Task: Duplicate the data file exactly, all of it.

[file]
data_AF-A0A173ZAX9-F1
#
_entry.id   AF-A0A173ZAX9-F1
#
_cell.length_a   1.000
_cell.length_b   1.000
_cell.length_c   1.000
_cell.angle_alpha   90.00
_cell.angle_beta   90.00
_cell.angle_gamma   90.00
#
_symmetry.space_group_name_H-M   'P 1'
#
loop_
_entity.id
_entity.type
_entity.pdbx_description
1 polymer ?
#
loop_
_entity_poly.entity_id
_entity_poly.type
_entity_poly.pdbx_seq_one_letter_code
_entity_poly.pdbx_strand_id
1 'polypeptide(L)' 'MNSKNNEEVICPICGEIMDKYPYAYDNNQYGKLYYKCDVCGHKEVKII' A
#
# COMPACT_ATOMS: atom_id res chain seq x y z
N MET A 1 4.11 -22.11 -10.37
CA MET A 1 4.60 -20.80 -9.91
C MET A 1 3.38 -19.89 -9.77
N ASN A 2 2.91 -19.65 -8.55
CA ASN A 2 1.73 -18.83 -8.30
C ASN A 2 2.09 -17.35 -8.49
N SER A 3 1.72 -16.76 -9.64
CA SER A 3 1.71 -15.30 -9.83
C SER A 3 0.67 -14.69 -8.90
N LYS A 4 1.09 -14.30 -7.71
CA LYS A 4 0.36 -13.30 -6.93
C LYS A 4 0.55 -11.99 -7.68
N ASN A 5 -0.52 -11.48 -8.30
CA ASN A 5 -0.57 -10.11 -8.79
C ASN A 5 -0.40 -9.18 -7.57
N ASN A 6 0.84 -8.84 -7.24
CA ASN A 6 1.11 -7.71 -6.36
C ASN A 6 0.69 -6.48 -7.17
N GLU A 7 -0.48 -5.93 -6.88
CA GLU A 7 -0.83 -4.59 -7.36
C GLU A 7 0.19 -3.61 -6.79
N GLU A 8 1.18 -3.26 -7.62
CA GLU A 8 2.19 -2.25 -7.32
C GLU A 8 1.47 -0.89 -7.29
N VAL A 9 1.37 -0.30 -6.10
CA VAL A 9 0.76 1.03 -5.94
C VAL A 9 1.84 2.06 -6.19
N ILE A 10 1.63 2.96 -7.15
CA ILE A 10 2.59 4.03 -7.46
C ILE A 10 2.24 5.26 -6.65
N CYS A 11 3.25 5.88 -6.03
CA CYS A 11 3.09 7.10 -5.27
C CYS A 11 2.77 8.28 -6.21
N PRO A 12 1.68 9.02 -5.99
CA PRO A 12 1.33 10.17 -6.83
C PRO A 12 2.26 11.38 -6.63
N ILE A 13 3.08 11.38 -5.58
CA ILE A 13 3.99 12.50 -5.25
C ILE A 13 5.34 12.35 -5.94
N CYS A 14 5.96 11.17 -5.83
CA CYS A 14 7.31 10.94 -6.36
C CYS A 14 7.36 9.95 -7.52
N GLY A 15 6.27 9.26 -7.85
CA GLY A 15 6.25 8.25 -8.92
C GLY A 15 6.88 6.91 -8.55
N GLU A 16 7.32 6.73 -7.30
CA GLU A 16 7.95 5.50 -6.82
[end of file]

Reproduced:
data_AF-A0A173ZAX9-F1
#
_entry.id   AF-A0A173ZAX9-F1
#
_cell.length_a   1.000
_cell.length_b   1.000
_cell.length_c   1.000
_cell.angle_alpha   90.00
_cell.angle_beta   90.00
_cell.angle_gamma   90.00
#
_symmetry.space_group_name_H-M   'P 1'
#
loop_
_entity.id
_entity.type
_entity.pdbx_description
1 polymer ?
#
loop_
_entity_poly.entity_id
_entity_poly.type
_entity_poly.pdbx_seq_one_letter_code
_entity_poly.pdbx_strand_id
1 'polypeptide(L)' 'MNSKNNEEVICPICGEIMDKYPYAYDNNQYGKLYYKCDVCGHKEVKII' A
#
# COMPACT_ATOMS: atom_id res chain seq x y z
N MET A 1 4.11 -22.11 -10.37
CA MET A 1 4.60 -20.80 -9.91
C MET A 1 3.38 -19.89 -9.77
N ASN A 2 2.91 -19.65 -8.55
CA ASN A 2 1.73 -18.83 -8.30
C ASN A 2 2.09 -17.35 -8.49
N SER A 3 1.72 -16.76 -9.64
CA SER A 3 1.71 -15.30 -9.83
C SER A 3 0.67 -14.69 -8.90
N LYS A 4 1.09 -14.30 -7.71
CA LYS A 4 0.36 -13.30 -6.93
C LYS A 4 0.55 -11.99 -7.68
N ASN A 5 -0.52 -11.48 -8.30
CA ASN A 5 -0.57 -10.11 -8.79
C ASN A 5 -0.40 -9.18 -7.57
N ASN A 6 0.84 -8.84 -7.24
CA ASN A 6 1.11 -7.71 -6.36
C ASN A 6 0.69 -6.48 -7.17
N GLU A 7 -0.48 -5.93 -6.88
CA GLU A 7 -0.83 -4.59 -7.36
C GLU A 7 0.19 -3.61 -6.79
N GLU A 8 1.18 -3.26 -7.62
CA GLU A 8 2.19 -2.25 -7.32
C GLU A 8 1.47 -0.89 -7.29
N VAL A 9 1.37 -0.30 -6.10
CA VAL A 9 0.76 1.03 -5.94
C VAL A 9 1.84 2.06 -6.19
N ILE A 10 1.63 2.96 -7.15
CA ILE A 10 2.59 4.03 -7.46
C ILE A 10 2.24 5.26 -6.65
N CYS A 11 3.25 5.88 -6.03
CA CYS A 11 3.09 7.10 -5.27
C CYS A 11 2.77 8.28 -6.21
N PRO A 12 1.68 9.02 -5.99
CA PRO A 12 1.33 10.17 -6.83
C PRO A 12 2.26 11.38 -6.63
N ILE A 13 3.08 11.38 -5.58
CA ILE A 13 3.99 12.50 -5.25
C ILE A 13 5.34 12.35 -5.94
N CYS A 14 5.96 11.17 -5.83
CA CYS A 14 7.31 10.94 -6.36
C CYS A 14 7.36 9.95 -7.52
N GLY A 15 6.27 9.26 -7.85
CA GLY A 15 6.25 8.25 -8.92
C GLY A 15 6.88 6.91 -8.55
N GLU A 16 7.32 6.73 -7.30
CA GLU A 16 7.95 5.50 -6.82